READ TIME: 4 minutes.

Companies are adopting talent mapping as one way to be more strategic in their talent management. What is talent mapping? How does it benefit your company?

In recent years, recruitment firms started touting a “talent mapping” approach to finding high-potential candidates for future talent needs. It’s a more proactive approach than the traditional “just in time” hiring tactic designed to pull in new employees to fill immediate needs. Now, the concept of proactively mapping talent to current and future needs has taken on a broader scope, as companies become more strategic in their talent management initiatives. What is talent mapping? And how does it benefit your company?

What is Talent Mapping?

Talent mapping is a strategic workforce management approach designed to help businesses anticipate and build an employee base with the skills and talents they need now – and into the future.

Talent mapping builds around an organization’s “map” of the skills they need to fulfill business goals. It’s a comprehensive approach that incorporates hiring, employee development, engagement, retention, career paths, and succession planning – all managed with a goal to hire, retain, develop, and adjust the right mix of talent to meet business goals over time.

Talent Mapping Recruitment is Just One Step

Recruitment firms may have coined the phrase “talent mapping” to describe a talent-centric approach to hiring talent that fills both immediate and longer-term skills gaps. Yet talent mapping recruitment is just one step in a holistic approach to mapping and managing the skills of your workforce.

Successful talent mapping requires up-front planning and ongoing attention. Once a company has its business goals and strategic plans in place, HR and talent leaders should ensure that their initiatives and tools are aligned with the bigger picture.

  • Job Descriptions. Concise and up-to-date job descriptions should include the job title, typical duties to be performed, and the vital skills and competencies required to perform each job. Salary range is also a desirable component. Keeping job descriptions current gives existing and future employees – and their managers – a reference to help measure contributions and performance. Periodic review and adjustments also ensure that employees in those jobs have the skills – and are performing the tasks – that align with a company’s evolving strategic plan.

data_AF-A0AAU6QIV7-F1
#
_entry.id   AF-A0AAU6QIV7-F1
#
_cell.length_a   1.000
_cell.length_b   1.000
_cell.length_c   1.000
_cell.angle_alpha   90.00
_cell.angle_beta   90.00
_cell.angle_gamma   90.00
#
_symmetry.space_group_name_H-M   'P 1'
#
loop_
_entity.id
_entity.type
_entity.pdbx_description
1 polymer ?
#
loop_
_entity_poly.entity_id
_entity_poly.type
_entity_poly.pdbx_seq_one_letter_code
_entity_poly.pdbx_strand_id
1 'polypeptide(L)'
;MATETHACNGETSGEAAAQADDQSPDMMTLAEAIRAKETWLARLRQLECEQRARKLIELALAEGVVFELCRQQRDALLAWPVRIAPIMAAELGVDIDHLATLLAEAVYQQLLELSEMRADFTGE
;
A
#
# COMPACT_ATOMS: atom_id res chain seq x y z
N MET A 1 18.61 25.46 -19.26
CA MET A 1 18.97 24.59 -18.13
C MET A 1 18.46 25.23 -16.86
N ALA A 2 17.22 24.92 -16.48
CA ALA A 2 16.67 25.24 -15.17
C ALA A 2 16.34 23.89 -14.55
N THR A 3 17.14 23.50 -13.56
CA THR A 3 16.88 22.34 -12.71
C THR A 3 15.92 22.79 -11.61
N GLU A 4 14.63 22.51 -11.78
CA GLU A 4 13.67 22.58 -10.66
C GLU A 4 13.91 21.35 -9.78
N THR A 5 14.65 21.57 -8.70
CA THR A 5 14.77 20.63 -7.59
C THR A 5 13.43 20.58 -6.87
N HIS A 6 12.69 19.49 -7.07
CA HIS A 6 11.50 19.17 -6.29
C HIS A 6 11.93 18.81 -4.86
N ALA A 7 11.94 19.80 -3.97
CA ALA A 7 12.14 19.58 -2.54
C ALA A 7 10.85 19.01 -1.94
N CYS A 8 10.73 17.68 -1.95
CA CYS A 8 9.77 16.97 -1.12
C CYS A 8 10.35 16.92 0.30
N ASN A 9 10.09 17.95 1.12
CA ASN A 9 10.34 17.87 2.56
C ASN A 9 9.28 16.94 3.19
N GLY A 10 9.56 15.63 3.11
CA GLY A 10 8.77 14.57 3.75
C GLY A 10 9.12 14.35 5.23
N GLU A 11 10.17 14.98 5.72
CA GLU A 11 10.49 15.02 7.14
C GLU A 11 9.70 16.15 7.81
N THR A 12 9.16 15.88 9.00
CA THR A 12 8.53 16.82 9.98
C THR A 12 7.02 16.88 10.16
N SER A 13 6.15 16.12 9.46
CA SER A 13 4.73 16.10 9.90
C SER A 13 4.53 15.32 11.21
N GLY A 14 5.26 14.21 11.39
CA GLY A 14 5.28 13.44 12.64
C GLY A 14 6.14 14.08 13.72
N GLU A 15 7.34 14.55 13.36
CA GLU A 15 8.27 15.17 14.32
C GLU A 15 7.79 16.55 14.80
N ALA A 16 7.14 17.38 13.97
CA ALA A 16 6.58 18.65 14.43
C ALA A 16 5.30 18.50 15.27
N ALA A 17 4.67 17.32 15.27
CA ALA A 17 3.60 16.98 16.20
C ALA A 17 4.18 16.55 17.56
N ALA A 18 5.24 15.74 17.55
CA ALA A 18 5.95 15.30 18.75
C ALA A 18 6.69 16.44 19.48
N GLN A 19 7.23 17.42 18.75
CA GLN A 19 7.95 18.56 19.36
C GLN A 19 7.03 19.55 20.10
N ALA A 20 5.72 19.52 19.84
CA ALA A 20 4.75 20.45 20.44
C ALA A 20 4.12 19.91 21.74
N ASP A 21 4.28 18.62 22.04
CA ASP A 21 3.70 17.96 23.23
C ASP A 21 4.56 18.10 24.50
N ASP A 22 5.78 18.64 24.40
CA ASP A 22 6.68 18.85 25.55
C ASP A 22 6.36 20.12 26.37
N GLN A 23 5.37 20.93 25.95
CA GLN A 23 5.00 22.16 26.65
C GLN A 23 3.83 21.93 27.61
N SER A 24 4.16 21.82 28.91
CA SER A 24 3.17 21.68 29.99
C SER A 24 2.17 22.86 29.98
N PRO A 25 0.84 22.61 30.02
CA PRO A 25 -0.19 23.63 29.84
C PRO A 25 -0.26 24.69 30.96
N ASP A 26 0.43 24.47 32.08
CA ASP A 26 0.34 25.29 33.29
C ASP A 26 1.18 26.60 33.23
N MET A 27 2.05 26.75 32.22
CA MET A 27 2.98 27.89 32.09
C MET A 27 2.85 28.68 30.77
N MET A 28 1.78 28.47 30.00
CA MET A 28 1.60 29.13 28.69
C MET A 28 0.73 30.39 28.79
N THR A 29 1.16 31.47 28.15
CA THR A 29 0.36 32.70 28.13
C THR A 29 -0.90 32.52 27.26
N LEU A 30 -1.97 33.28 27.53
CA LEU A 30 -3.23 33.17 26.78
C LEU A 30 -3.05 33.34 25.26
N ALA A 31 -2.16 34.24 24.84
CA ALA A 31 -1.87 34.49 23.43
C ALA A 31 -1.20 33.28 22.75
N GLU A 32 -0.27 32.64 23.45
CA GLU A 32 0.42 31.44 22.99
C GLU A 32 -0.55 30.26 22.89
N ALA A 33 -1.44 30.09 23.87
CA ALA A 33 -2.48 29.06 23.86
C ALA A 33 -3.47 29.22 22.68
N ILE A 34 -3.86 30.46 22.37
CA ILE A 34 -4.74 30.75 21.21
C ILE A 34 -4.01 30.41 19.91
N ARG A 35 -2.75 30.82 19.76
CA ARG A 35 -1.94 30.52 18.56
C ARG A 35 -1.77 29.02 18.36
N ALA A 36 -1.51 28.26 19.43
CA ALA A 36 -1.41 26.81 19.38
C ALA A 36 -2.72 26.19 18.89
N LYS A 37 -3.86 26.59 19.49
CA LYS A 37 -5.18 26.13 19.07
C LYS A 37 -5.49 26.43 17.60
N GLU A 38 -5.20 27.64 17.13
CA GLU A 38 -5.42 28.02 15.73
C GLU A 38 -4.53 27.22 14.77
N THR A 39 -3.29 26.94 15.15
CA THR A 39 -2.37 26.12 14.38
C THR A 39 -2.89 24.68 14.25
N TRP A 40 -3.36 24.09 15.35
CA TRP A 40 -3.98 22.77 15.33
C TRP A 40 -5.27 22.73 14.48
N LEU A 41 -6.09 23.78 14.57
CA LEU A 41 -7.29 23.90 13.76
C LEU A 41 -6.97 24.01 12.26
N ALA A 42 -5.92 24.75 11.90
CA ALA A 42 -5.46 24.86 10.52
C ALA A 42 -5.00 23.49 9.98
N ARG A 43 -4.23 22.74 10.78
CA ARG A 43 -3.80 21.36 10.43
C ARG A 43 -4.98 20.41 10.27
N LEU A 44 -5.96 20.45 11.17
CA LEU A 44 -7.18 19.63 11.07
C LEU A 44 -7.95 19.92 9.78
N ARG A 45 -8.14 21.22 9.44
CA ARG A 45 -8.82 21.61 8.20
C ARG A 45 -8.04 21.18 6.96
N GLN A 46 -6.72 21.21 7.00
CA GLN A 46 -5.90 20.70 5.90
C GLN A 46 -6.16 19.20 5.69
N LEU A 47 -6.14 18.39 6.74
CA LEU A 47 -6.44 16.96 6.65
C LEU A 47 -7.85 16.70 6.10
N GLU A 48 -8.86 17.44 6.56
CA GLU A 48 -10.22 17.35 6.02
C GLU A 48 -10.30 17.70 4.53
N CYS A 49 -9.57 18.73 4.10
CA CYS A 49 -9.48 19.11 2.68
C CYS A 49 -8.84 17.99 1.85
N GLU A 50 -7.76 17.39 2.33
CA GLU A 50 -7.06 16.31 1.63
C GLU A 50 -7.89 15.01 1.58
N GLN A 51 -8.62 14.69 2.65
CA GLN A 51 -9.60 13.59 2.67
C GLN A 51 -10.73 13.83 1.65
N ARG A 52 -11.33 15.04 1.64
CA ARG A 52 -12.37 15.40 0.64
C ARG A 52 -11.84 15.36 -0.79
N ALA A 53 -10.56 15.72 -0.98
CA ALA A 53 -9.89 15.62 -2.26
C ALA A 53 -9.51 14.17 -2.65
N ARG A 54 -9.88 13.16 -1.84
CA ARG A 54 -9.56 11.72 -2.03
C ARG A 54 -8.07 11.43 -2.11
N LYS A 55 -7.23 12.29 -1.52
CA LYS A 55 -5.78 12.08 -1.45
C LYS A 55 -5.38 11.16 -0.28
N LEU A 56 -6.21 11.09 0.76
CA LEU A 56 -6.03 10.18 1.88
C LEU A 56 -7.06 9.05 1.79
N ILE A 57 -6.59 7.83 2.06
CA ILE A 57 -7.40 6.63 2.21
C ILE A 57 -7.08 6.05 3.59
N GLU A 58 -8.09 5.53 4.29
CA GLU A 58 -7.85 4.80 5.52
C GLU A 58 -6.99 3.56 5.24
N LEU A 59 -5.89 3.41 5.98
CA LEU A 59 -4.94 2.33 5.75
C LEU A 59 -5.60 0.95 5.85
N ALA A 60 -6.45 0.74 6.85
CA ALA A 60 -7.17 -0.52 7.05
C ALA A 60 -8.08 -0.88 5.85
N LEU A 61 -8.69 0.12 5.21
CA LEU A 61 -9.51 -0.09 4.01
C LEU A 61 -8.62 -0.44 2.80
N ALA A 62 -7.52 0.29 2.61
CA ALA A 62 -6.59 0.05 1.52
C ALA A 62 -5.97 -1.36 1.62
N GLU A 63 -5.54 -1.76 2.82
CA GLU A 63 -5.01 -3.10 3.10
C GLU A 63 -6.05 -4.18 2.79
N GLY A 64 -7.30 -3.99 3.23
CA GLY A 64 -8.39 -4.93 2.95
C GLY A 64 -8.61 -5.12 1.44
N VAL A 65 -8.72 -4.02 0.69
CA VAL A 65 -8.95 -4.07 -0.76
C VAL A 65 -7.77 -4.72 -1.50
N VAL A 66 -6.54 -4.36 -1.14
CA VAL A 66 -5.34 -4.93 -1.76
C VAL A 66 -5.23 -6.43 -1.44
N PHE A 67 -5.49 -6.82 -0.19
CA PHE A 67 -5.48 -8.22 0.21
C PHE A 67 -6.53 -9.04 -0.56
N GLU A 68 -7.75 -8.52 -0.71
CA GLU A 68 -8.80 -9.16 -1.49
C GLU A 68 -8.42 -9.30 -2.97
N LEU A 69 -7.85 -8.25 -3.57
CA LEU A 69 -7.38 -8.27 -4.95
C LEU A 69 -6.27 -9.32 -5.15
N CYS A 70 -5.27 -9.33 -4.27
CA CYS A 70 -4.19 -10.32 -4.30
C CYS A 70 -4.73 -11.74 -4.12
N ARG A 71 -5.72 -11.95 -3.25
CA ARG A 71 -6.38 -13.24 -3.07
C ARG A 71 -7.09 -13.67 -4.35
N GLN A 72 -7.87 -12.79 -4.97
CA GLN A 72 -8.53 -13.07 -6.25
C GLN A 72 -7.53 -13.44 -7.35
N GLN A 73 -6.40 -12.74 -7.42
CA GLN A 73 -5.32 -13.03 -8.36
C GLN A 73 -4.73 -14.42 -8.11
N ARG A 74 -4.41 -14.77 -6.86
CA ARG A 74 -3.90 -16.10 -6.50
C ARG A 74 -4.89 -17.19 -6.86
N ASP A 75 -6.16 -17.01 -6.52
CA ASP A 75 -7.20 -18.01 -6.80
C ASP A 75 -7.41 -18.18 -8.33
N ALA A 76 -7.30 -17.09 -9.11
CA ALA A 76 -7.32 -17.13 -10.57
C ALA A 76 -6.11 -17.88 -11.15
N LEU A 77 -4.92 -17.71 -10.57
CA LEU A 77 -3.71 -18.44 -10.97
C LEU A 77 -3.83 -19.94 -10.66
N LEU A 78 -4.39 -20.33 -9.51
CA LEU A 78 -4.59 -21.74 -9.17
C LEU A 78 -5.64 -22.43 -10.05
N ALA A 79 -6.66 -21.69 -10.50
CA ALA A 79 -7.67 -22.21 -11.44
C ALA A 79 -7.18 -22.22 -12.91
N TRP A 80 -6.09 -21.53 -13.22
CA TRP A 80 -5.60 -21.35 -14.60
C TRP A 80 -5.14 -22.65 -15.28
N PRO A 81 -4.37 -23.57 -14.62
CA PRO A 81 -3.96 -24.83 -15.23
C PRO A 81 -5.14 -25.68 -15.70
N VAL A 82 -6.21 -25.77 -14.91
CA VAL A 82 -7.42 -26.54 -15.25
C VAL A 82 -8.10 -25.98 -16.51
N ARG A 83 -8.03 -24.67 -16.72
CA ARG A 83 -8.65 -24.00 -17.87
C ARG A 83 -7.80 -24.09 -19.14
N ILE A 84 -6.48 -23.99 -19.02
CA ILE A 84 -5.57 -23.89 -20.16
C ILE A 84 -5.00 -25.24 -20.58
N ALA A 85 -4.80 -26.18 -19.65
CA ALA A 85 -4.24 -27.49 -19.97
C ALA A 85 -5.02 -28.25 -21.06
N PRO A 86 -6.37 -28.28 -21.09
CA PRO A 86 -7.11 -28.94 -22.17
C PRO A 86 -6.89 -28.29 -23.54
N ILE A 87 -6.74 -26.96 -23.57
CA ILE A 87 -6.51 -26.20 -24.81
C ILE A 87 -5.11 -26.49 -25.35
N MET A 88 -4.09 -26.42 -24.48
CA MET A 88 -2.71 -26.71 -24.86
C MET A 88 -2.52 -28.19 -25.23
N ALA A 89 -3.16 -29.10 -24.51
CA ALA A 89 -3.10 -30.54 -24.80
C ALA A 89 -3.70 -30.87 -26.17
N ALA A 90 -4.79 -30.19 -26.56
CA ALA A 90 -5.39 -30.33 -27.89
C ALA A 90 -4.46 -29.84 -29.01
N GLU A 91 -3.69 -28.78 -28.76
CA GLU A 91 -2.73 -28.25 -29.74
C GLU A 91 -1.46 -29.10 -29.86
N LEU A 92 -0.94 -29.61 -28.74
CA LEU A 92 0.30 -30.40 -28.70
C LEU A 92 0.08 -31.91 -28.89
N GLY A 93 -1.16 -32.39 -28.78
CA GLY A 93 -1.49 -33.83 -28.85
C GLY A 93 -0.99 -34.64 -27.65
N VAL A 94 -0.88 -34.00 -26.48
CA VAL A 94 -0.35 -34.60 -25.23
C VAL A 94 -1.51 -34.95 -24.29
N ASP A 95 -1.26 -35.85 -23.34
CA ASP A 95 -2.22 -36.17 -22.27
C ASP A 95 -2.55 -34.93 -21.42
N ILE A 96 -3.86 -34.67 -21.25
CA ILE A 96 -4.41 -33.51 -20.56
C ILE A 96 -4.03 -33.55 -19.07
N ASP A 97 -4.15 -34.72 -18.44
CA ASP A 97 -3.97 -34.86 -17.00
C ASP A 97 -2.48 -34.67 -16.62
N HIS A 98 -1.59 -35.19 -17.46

• Skills Gap Analysis. Keep your competency model up to date with the skills you need now – and expect to need in your future. Then, routinely deliver web-based skills assessments of all employees and managers to get a good picture of which skills are present in your workforce now. Measure proficiency levels, too. Analyze the results to identify skills gaps and strengths at the individual, department, and organization levels compared with the skills you need.
  • Recruitment. One way to close the gaps is to do talent mapping recruitment. That is, identify and hire people who have the targeted skills you need. Before looking outside the company, consider internal candidates. Remember, some employees may have useful skills that are not related to their current role. Reassigning or promoting employees to new roles can accelerate your hiring and training processes for those employees to get up to speed in their new jobs. If you’re recruiting external candidates, keep skills and competencies front and center in your hiring decisions. That way, you’ll be hiring people who may be able to contribute to the company’s growth even if the role they’re in today shifts over time.
  • Employee Development and Upskilling. Ongoing skill development is key at every stage of the employee lifecycle. Keep your learning and development programs aligned with your talent map, so every employee is developing knowledge, gaining experience, and building skills that benefit them and your company. For more dramatic shifts in tools, market conditions, or company direction, look for upskilling opportunities that will arm current employees with new, more valuable skills for the future.